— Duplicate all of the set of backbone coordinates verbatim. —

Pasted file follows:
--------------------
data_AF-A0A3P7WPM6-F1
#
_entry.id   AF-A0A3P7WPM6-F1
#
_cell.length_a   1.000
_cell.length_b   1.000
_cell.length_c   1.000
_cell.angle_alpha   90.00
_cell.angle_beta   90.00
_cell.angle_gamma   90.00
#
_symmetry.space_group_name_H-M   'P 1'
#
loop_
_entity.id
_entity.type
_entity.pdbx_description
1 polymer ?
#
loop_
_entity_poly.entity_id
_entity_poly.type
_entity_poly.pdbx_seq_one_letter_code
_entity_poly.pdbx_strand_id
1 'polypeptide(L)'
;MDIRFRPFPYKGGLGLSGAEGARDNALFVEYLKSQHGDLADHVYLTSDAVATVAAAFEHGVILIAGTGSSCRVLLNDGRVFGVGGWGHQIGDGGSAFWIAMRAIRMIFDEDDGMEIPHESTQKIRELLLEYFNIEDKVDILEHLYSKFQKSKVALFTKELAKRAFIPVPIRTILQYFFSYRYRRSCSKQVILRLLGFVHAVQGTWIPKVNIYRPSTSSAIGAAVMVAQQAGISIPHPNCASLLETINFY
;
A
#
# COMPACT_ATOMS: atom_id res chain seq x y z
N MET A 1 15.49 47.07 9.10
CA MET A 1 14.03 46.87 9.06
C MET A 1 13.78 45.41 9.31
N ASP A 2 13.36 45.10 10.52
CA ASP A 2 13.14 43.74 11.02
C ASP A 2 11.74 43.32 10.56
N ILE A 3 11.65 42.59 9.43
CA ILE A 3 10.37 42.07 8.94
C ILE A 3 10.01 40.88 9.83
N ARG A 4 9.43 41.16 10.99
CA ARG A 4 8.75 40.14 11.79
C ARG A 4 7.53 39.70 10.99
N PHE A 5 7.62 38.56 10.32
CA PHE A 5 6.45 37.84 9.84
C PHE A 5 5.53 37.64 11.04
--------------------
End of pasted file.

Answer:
data_AF-A0A3P7WPM6-F1
#
_entry.id   AF-A0A3P7WPM6-F1
#
_cell.length_a   1.000
_cell.length_b   1.000
_cell.length_c   1.000
_cell.angle_alpha   90.00
_cell.angle_beta   90.00
_cell.angle_gamma   90.00
#
_symmetry.space_group_name_H-M   'P 1'
#
loop_
_entity.id
_entity.type
_entity.pdbx_description
1 polymer ?
#
loop_
_entity_poly.entity_id
_entity_poly.type
_entity_poly.pdbx_seq_one_letter_code
_entity_poly.pdbx_strand_id
1 'polypeptide(L)'
;MDIRFRPFPYKGGLGLSGAEGARDNALFVEYLKSQHGDLADHVYLTSDAVATVAAAFEHGVILIAGTGSSCRVLLNDGRVFGVGGWGHQIGDGGSAFWIAMRAIRMIFDEDDGMEIPHESTQKIRELLLEYFNIEDKVDILEHLYSKFQKSKVALFTKELAKRAFIPVPIRTILQYFFSYRYRRSCSKQVILRLLGFVHAVQGTWIPKVNIYRPSTSSAIGAAVMVAQQAGISIPHPNCASLLETINFY
;
A
#
# COMPACT_ATOMS: atom_id res chain seq x y z
N MET A 1 15.49 47.07 9.10
CA MET A 1 14.03 46.87 9.06
C MET A 1 13.78 45.41 9.31
N ASP A 2 13.36 45.10 10.52
CA ASP A 2 13.14 43.74 11.02
C ASP A 2 11.74 43.32 10.56
N ILE A 3 11.65 42.59 9.43
CA ILE A 3 10.37 42.07 8.94
C ILE A 3 10.01 40.88 9.83
N ARG A 4 9.43 41.16 10.99
CA ARG A 4 8.75 40.14 11.79
C ARG A 4 7.53 39.70 10.99
N PHE A 5 7.62 38.56 10.32
CA PHE A 5 6.45 37.84 9.84
C PHE A 5 5.53 37.64 11.04